iOS, MacOS, and Passkeys

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From '12345' passwords, to complicated password managers, we're moving into the future - password-less passwords with passkeys.

On Monday, October 24th, Apple released updates for iOS, iPadOS, WatchOS, and MacOS. There are several features bundled in all, including live activities, Matter (smart home hub) support, so on and so forth. But the one change I want to discuss today is Passkeys.

What are Passkeys?

Apple describes this as: “Passkeys give you a simple and secure way to sign in without passwords by relying on Face ID or Touch ID to identify you when you sign in to supporting websites and apps“. Pretty straightforward, right?

Using passwords is rough. “12345” or “password” doesn’t cut it anymore – specially not with every website having different log-in rules. “Don’t use consecutive numbers”, “Only these special characters allowed”, “Only these other special characters that absolutely no one uses are allowed”, and so on. If you use Password Managers (big fan of Bitwarden), remembering passwords becomes easy, all of a sudden. Mostly because you don’t have to do any of the remembering. Password managers are also capable enough to generate passwords for you now.

On the other hand, there are also tons of authentication platforms that don’t even require a password, they’ll just text or email you a code (big fan of these, unless I’m in a rush) (I’m always in a rush).

If you use Safari, you have probably also noticed how Apple is like an annoying relative who pesters you about doing something their way (custom-passwords) and you really have to dig deep (press like 3 different buttons) to say “No, I’ll use my own way (password). So what’s next in this toxic relationship (that, contrary to real life) sometimes proves beneficial?

You guessed it – Passkeys.

Image credit: 9to5Mac

To avoid boring you with cyber security – here’s a cliff-notes version of what a passkey actually is.

Think of a key and a lock. You need a key to open a lock. You with me so far? Except with passkeys, you actually have 2 keys – a key pair. One of them is public, so that the website you’re trying to create an account with/ login, knows it’s yours. The other key is private – only your device knows about it. In order for you to successfully authenticate yourself somewhere, there has to be a match between this public (that the specific website has) and this private key (that only your device has). Unlike a password, it can’t be guessed or hacked. It’s end-to-end encrypted, so even less likeliness of someone gaining access. And most importantly, it’s linked to a specific website and that’s it. You know how you use the same password for at least 5 different social media accounts? You can’t have 1 passkey for all 5 websites.

Enabling passkeys is easy – simply access your settings app –> profile –> iCloud –> Passwords and Keychain –> and hit Sync.

Real-World usage of Passkeys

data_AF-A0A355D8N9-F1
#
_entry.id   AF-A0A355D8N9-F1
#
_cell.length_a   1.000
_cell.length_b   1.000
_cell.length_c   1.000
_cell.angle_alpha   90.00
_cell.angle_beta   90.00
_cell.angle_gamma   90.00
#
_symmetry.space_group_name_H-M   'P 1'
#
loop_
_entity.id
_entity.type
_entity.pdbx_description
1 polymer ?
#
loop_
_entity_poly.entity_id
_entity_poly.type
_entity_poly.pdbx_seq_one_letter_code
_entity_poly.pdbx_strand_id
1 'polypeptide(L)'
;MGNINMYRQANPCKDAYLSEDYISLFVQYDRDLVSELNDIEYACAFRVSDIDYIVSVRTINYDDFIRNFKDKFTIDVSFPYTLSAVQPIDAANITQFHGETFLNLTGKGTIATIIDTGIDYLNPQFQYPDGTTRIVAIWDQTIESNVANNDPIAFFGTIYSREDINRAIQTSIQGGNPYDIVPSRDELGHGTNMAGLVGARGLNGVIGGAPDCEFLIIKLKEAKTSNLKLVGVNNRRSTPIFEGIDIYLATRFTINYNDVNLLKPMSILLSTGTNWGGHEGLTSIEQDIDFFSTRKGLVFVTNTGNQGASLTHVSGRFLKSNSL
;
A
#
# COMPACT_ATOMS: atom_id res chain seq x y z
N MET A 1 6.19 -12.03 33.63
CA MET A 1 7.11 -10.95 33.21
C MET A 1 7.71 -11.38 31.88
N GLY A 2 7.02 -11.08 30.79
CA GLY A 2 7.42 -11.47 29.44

So, we’ve established that the next iteration of passwords is not using passwords at all. To access your account, you’d simply scan your face or your finger, and you should be logged in. Can you go ahead and use this feature already? Yes and no. It’s very new – so most websites don’t support this yet. The ones that do include: Kayak, Best Buy, eBay, CardPointers,, and others. Google also announced that they are bringing passkey support to Android and Chrome as well. Google will allow you to create passkeys on Android Devices, and have them sync up with Google Password Manager (so similar to what goes on with Apple devices and the iCloud Keychain).


The support coming from non-Apple companies (Google, Microsoft) also means that passkeys will be universal. If you have your passkey-supporting-device near you, you can use it to sign in on a totally different device (still using passkeys). “ For example, an Android user can now sign in to a passkey-enabled website using Safari on a Mac. Similarly, passkey support in Chrome means that a Chrome user, for example on Windows, can do the same using a passkey stored on their iOS device.

Still, it’s early days. We need to consider a reality where you lose all your passkey-supporting-devices, or need to access a device that doesn’t support it, yada yada yada. That being said, the future of passwords really is password-less. Think of how much time you’re going to save moving forward by avoiding coming up with a hard-to-guess password, or making sure you follow password generating instructions, or trying to remember your password while signing in, or.


Apple Passkeys
Passkey Demo – take a look at the process!

In other news, here are some takeaways from recent reads:

  • Amazon will now let you use Venmo to pay for your Amazon purchases (but it won’t let you use PayPal, who owns Venmo. Odd)
  • WhatsApp had a global outage for at least 60 minutes on October 25th
  • Bumble, the dating app, is open-sourcing their machine learning tool that detects explicit images in conversations (unsolicited nudes, images of guns), in the hopes of getting the tech community to aid in the improvement of this technology

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